The new offering lets customers build custom BI and reporting solutions, which is something that pre-packaged solutions just can’t deliver. “We’ve built packaged solutions, and what we find is no two people want the same thing. They all want their own customization of it, and it ends up being one- off,” Langton says. “One of the beauties of the IBM i environment is everybody has some kind of specially modified system that they are very happy with. The reason they’re running it is they’re convinced that it’s giving them a value that they couldn’t find in a package. So they all have their own reporting environments.”
The offering gives Baseline a chance to showcase what it can offer as a managed service provider (MSP) and one of a new class of private IBM i cloud vendors. According to Andrew Botzer, an account executive with Baseline, the company has banks and credit unions as customers, and therefore is extensively audited by a long list of regulators, including the Federal Financial Institutions Examination Council (FFIEC), the Board of Governors of the Federal Reserve System (FRB), the Office of the Comptroller of the Currency (OCC), and other household names.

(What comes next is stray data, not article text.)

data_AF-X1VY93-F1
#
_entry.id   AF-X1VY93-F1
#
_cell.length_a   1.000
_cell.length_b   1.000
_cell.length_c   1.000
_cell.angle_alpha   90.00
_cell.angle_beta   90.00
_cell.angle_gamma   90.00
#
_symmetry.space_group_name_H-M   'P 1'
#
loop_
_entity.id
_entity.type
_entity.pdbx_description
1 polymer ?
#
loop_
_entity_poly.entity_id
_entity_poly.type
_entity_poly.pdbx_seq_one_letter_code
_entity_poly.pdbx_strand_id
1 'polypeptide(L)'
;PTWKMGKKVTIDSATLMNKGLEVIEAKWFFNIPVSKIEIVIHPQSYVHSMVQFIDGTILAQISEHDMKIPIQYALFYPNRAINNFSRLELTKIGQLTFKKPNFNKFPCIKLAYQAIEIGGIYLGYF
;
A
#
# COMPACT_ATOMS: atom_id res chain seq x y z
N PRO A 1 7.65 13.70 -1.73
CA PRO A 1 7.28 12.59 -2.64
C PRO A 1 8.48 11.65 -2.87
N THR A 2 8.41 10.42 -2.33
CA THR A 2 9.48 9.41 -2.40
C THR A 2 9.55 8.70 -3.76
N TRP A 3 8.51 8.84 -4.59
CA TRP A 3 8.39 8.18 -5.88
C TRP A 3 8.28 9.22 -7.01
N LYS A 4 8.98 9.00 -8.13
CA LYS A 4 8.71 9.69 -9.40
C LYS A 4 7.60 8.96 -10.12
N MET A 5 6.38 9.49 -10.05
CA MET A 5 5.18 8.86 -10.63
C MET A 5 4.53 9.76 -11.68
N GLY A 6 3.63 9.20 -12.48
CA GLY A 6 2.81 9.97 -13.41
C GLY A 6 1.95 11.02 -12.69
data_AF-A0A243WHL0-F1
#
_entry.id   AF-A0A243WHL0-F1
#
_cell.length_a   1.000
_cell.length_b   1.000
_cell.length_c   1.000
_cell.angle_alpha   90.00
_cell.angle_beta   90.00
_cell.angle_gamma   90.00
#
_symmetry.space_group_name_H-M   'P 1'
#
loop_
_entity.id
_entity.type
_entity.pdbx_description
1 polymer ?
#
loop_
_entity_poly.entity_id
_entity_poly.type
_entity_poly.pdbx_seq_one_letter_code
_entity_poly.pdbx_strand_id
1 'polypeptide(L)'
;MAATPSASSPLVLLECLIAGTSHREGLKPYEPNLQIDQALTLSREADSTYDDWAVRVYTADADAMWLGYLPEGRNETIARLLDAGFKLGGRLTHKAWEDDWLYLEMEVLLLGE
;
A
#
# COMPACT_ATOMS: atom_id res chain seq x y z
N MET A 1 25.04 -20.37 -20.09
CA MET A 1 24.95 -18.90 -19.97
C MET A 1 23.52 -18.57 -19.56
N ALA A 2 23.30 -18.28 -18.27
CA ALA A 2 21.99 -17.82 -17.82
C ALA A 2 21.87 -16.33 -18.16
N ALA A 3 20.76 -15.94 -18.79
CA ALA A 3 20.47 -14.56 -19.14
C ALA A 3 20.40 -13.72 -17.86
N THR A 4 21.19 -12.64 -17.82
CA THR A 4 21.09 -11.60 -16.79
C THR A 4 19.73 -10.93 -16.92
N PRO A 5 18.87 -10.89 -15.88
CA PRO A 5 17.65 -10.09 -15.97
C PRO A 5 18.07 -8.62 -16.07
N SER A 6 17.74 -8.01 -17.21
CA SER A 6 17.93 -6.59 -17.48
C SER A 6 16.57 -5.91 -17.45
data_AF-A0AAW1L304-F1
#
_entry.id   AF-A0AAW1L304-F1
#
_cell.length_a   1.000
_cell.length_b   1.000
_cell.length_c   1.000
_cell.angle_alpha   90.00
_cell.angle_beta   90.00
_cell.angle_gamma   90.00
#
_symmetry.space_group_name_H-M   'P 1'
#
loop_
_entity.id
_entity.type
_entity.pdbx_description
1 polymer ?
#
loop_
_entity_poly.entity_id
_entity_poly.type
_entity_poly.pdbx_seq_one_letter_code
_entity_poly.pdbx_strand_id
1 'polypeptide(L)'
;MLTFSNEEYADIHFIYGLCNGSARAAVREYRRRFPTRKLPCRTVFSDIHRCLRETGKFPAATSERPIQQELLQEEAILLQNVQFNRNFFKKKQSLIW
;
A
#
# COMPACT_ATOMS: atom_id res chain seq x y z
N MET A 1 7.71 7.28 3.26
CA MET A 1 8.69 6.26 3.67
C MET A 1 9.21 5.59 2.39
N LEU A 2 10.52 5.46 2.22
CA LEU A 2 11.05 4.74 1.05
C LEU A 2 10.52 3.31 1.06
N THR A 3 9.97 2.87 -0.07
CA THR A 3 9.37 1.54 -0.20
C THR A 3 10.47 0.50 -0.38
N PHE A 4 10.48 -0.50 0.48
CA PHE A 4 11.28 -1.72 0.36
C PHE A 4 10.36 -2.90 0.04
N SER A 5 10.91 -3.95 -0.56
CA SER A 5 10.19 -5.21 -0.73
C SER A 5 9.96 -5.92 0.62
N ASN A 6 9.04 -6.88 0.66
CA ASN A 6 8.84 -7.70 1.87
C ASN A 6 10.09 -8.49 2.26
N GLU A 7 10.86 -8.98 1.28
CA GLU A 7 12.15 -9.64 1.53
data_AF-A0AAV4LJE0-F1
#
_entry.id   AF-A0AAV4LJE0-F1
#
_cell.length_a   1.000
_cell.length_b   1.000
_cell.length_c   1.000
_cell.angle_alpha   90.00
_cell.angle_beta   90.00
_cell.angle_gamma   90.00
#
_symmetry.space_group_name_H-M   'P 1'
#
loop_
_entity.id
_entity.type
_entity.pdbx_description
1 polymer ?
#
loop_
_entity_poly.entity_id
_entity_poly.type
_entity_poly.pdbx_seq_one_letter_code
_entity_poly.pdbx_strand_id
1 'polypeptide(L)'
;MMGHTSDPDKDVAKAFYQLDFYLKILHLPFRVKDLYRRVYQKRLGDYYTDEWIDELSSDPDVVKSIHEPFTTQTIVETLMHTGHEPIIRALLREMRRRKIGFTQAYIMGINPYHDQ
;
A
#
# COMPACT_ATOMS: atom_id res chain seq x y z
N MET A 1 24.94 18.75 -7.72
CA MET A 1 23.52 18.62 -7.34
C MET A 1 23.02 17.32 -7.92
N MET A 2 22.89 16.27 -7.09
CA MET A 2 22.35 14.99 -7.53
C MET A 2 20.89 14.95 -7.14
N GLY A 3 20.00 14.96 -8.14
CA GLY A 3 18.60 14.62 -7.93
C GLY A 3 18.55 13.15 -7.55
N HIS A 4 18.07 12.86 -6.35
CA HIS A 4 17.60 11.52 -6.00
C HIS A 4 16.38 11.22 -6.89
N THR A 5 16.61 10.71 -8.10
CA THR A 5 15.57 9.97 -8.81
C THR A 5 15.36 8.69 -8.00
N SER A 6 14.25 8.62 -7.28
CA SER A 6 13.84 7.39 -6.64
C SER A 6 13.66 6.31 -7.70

“We’re not your typical 100,000- square-foot rack data center that doesn’t have fire suppression, mobile power supplies, multiple Internet feeds, etc.,” Botzer says. “We have all those, plus our own redundant data centers.” The company operates two data center in Indianapolis, and has another one in Spartanburg, South Carolina.
Baseline will also be hoping to parlay NGS-IQ Cloud business into additional disaster recovery (DR) and high availability (HA) business. The company recently signed a deal with Maxava to use its software to provide DR and HA as a cloud service.
As Baseline’s director of technical sales Bob Morici sees it, NGS-IQ Cloud gives customers a cloud-based backup that they can use for DR and HA, and “a side benefit is they can run NGS off that copy. That can become the input to NGS.”
The NGS-IQ Cloud offering starts at $125 per user per month for a private LPAR that contains 200 GB of DASD and 20 MGB of memory. As the customers’ query and reporting workloads increases in size, the pricing goes up accordingly. For more information, see www.baseline-data.com/ngs/ngs-iq-cloud.html.